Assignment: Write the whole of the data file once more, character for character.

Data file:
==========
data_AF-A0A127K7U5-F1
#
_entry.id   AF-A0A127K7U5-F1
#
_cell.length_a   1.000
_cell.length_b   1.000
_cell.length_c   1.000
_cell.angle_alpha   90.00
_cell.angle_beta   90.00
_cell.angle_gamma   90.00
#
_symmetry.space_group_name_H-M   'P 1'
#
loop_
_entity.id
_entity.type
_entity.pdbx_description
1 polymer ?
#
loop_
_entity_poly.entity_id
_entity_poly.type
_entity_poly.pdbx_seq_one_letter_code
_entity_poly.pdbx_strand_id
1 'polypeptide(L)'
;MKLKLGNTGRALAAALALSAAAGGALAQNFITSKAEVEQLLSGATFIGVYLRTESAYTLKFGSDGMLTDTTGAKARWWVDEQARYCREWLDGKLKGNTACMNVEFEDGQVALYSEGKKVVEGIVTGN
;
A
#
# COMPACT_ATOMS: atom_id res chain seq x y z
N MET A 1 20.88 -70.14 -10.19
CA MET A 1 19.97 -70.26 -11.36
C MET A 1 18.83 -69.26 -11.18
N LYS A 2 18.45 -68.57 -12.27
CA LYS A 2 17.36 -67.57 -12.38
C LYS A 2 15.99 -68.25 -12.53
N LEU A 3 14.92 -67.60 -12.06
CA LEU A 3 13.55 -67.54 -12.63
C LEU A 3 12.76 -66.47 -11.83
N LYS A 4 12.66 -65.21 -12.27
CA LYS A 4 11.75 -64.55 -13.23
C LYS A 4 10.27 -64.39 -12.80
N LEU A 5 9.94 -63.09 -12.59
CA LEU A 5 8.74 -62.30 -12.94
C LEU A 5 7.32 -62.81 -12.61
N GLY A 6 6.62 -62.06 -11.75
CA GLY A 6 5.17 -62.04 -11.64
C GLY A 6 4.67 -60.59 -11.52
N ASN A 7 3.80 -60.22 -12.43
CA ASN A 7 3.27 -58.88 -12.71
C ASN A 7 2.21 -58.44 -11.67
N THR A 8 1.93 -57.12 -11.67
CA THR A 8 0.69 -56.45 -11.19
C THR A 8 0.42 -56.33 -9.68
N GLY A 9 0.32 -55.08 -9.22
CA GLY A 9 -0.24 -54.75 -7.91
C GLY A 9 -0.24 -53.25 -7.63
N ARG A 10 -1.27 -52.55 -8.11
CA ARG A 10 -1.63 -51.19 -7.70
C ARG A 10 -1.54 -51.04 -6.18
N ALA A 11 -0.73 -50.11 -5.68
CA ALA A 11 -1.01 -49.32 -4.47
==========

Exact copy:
data_AF-A0A127K7U5-F1
#
_entry.id   AF-A0A127K7U5-F1
#
_cell.length_a   1.000
_cell.length_b   1.000
_cell.length_c   1.000
_cell.angle_alpha   90.00
_cell.angle_beta   90.00
_cell.angle_gamma   90.00
#
_symmetry.space_group_name_H-M   'P 1'
#
loop_
_entity.id
_entity.type
_entity.pdbx_description
1 polymer ?
#
loop_
_entity_poly.entity_id
_entity_poly.type
_entity_poly.pdbx_seq_one_letter_code
_entity_poly.pdbx_strand_id
1 'polypeptide(L)'
;MKLKLGNTGRALAAALALSAAAGGALAQNFITSKAEVEQLLSGATFIGVYLRTESAYTLKFGSDGMLTDTTGAKARWWVDEQARYCREWLDGKLKGNTACMNVEFEDGQVALYSEGKKVVEGIVTGN
;
A
#
# COMPACT_ATOMS: atom_id res chain seq x y z
N MET A 1 20.88 -70.14 -10.19
CA MET A 1 19.97 -70.26 -11.36
C MET A 1 18.83 -69.26 -11.18
N LYS A 2 18.45 -68.57 -12.27
CA LYS A 2 17.36 -67.57 -12.38
C LYS A 2 15.99 -68.25 -12.53
N LEU A 3 14.92 -67.60 -12.06
CA LEU A 3 13.55 -67.54 -12.63
C LEU A 3 12.76 -66.47 -11.83
N LYS A 4 12.66 -65.21 -12.27
CA LYS A 4 11.75 -64.55 -13.23
C LYS A 4 10.27 -64.39 -12.80
N LEU A 5 9.94 -63.09 -12.59
CA LEU A 5 8.74 -62.30 -12.94
C LEU A 5 7.32 -62.81 -12.61
N GLY A 6 6.62 -62.06 -11.75
CA GLY A 6 5.17 -62.04 -11.64
C GLY A 6 4.67 -60.59 -11.52
N ASN A 7 3.80 -60.22 -12.43
CA ASN A 7 3.27 -58.88 -12.71
C ASN A 7 2.21 -58.44 -11.67
N THR A 8 1.93 -57.12 -11.67
CA THR A 8 0.69 -56.45 -11.19
C THR A 8 0.42 -56.33 -9.68
N GLY A 9 0.32 -55.08 -9.22
CA GLY A 9 -0.24 -54.75 -7.91
C GLY A 9 -0.24 -53.25 -7.63
N ARG A 10 -1.27 -52.55 -8.11
CA ARG A 10 -1.63 -51.19 -7.70
C ARG A 10 -1.54 -51.04 -6.18
N ALA A 11 -0.73 -50.11 -5.68
CA ALA A 11 -1.01 -49.32 -4.47